Prunes may help reduce belly fat and the risk for cardiovascular disease while improving gut health, according to new research

The dried plum is a nutritional powerhouse that may cut fat and benefit gut microbiome health, bone health, heart health and more, according to new research.

Latest discoveries from The Prune Study, a 12-month randomised controlled trial conducted with 183 postmenopausal women aged 55 to 75, add to an already robust body of clinical research on prunes’ myriad health benefits, the California Prune Board says.

Published in the Journal of Nutrition, one trial showed that eating 100 grams of prunes daily may help prevent changes in fat distribution around the central region of the body. The increase of belly fat is common in postmenopausal women and when excessive can be a risk factor for cardiovascular disease.

A second study, published in Frontiers in Nutrition, delved deeper to uncover differences in the gut bacteria of the women who experienced a positive change in their bone density compared with those who saw no change after eating 50 to 100 grams of prunes daily over a 12-month period.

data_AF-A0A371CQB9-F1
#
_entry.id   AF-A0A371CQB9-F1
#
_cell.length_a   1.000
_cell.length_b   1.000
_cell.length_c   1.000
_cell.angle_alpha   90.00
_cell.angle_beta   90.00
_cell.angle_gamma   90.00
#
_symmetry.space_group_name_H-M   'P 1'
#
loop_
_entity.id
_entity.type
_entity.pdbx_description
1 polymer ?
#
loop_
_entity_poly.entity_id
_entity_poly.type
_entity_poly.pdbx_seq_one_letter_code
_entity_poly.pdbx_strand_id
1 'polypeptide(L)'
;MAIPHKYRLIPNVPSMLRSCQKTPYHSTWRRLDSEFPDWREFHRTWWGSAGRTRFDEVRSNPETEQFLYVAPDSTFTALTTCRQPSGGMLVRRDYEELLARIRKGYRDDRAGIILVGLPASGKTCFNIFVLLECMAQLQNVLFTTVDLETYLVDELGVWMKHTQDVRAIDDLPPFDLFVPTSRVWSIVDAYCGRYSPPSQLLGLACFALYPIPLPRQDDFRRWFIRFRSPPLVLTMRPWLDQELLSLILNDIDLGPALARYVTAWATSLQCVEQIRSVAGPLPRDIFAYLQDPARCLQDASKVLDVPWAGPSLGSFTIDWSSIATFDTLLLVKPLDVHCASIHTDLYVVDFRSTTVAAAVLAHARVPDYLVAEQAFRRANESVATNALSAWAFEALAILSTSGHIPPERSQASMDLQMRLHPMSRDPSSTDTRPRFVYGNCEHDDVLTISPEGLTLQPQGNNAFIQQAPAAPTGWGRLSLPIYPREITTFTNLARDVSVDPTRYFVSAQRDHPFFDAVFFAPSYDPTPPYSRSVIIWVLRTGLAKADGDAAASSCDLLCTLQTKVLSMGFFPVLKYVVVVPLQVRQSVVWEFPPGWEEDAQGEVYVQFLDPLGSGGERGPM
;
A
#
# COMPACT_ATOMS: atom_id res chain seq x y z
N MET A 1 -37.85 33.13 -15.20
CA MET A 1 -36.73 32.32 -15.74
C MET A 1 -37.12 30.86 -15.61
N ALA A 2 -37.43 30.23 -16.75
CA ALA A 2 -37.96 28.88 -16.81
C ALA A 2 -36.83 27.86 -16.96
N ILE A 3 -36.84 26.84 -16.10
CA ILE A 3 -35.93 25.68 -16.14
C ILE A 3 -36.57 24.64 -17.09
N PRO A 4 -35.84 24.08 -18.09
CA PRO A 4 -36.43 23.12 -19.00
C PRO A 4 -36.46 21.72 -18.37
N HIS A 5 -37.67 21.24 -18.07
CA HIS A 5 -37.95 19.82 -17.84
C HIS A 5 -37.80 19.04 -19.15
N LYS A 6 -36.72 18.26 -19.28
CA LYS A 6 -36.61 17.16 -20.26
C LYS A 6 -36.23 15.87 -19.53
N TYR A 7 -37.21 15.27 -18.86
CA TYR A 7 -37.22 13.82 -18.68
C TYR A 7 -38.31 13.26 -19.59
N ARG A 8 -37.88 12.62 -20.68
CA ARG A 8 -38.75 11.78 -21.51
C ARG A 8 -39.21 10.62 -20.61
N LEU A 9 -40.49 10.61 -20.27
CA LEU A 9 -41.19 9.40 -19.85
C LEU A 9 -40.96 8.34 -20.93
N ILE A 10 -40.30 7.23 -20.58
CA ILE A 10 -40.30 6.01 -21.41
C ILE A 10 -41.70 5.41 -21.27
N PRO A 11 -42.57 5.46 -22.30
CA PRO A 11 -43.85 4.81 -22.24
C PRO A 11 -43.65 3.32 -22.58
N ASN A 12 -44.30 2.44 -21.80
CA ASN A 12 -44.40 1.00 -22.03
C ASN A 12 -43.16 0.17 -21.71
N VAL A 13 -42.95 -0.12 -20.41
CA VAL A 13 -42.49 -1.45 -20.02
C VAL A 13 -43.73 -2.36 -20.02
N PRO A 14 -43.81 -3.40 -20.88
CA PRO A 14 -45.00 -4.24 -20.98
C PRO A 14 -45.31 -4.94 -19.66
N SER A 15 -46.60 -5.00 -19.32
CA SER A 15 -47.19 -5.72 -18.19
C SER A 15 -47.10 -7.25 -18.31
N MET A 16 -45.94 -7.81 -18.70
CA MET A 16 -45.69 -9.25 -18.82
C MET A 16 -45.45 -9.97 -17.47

Those who had an increase in bone density after eating prunes had a higher abundance of a certain type of “good” gut bacteria that is associated with more efficiently breaking down nutrients and bioactive parts of prunes for the body’s use. This same group also experienced a drop in inflammation throughout the body.

Principal investigator Dr Mary Jane De Souza, professor at the department of Kinesiology, Pennsylvania State University, said: “As a nutrient-rich fruit, prunes have a combination of minerals, vitamin K, phenolic compounds and fibre that is unique among foods and is important for bone integrity.

“These study findings add to the growing body of precision nutrition research and highlight a greater potential for prunes to positively impact health outcomes through a personalised dietary recommendation approach.”

A previous 2021 study showed that postmenopausal women who ate 50 to 100 grams of prunes daily over a six-month period reduced their levels of total cholesterol, oxidative stress, and inflammatory markers – risk factors for cardiovascular disease – when compared to a group that did not include prunes in their diet, the California Prune Board said.